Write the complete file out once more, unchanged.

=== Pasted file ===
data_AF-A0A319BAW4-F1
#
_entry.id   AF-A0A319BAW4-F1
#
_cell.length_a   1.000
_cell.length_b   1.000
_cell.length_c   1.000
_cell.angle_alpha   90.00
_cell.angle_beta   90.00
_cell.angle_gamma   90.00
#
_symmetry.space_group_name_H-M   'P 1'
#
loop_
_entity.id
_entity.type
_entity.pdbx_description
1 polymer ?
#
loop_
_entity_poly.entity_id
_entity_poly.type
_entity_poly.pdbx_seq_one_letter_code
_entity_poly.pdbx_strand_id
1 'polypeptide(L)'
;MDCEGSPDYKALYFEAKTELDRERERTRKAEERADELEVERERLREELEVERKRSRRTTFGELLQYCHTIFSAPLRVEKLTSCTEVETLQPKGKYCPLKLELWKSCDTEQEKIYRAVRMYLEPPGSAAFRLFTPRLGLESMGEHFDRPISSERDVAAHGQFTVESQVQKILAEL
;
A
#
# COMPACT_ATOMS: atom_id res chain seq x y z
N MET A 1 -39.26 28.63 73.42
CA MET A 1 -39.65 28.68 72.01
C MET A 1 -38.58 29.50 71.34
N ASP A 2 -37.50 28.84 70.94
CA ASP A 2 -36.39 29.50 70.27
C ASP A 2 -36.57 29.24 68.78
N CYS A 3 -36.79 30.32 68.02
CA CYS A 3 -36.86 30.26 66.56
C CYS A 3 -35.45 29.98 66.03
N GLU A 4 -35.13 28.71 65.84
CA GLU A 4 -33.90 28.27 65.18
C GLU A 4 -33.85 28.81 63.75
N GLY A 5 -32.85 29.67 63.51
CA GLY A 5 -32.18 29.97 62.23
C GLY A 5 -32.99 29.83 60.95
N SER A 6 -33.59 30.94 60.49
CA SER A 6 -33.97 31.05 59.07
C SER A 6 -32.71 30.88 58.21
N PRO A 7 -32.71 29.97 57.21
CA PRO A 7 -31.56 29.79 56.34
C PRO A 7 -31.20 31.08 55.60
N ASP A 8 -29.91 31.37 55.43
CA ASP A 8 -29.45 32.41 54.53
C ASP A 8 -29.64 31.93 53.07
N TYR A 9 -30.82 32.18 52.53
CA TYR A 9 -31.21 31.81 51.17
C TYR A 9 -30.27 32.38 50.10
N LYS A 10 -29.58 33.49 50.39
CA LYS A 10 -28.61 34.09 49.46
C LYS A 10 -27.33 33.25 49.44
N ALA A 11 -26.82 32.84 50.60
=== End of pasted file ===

data_AF-A0A319BAW4-F1
#
_entry.id   AF-A0A319BAW4-F1
#
_cell.length_a   1.000
_cell.length_b   1.000
_cell.length_c   1.000
_cell.angle_alpha   90.00
_cell.angle_beta   90.00
_cell.angle_gamma   90.00
#
_symmetry.space_group_name_H-M   'P 1'
#
loop_
_entity.id
_entity.type
_entity.pdbx_description
1 polymer ?
#
loop_
_entity_poly.entity_id
_entity_poly.type
_entity_poly.pdbx_seq_one_letter_code
_entity_poly.pdbx_strand_id
1 'polypeptide(L)'
;MDCEGSPDYKALYFEAKTELDRERERTRKAEERADELEVERERLREELEVERKRSRRTTFGELLQYCHTIFSAPLRVEKLTSCTEVETLQPKGKYCPLKLELWKSCDTEQEKIYRAVRMYLEPPGSAAFRLFTPRLGLESMGEHFDRPISSERDVAAHGQFTVESQVQKILAEL
;
A
#
# COMPACT_ATOMS: atom_id res chain seq x y z
N MET A 1 -39.26 28.63 73.42
CA MET A 1 -39.65 28.68 72.01
C MET A 1 -38.58 29.50 71.34
N ASP A 2 -37.50 28.84 70.94
CA ASP A 2 -36.39 29.50 70.27
C ASP A 2 -36.57 29.24 68.78
N CYS A 3 -36.79 30.32 68.02
CA CYS A 3 -36.86 30.26 66.56
C CYS A 3 -35.45 29.98 66.03
N GLU A 4 -35.13 28.71 65.84
CA GLU A 4 -33.90 28.27 65.18
C GLU A 4 -33.85 28.81 63.75
N GLY A 5 -32.85 29.67 63.51
CA GLY A 5 -32.18 29.97 62.23
C GLY A 5 -32.99 29.83 60.95
N SER A 6 -33.59 30.94 60.49
CA SER A 6 -33.97 31.05 59.07
C SER A 6 -32.71 30.88 58.21
N PRO A 7 -32.71 29.97 57.21
CA PRO A 7 -31.56 29.79 56.34
C PRO A 7 -31.20 31.08 55.60
N ASP A 8 -29.91 31.37 55.43
CA ASP A 8 -29.45 32.41 54.53
C ASP A 8 -29.64 31.93 53.07
N TYR A 9 -30.82 32.18 52.53
CA TYR A 9 -31.21 31.81 51.17
C TYR A 9 -30.27 32.38 50.10
N LYS A 10 -29.58 33.49 50.39
CA LYS A 10 -28.61 34.09 49.46
C LYS A 10 -27.33 33.25 49.44
N ALA A 11 -26.82 32.84 50.60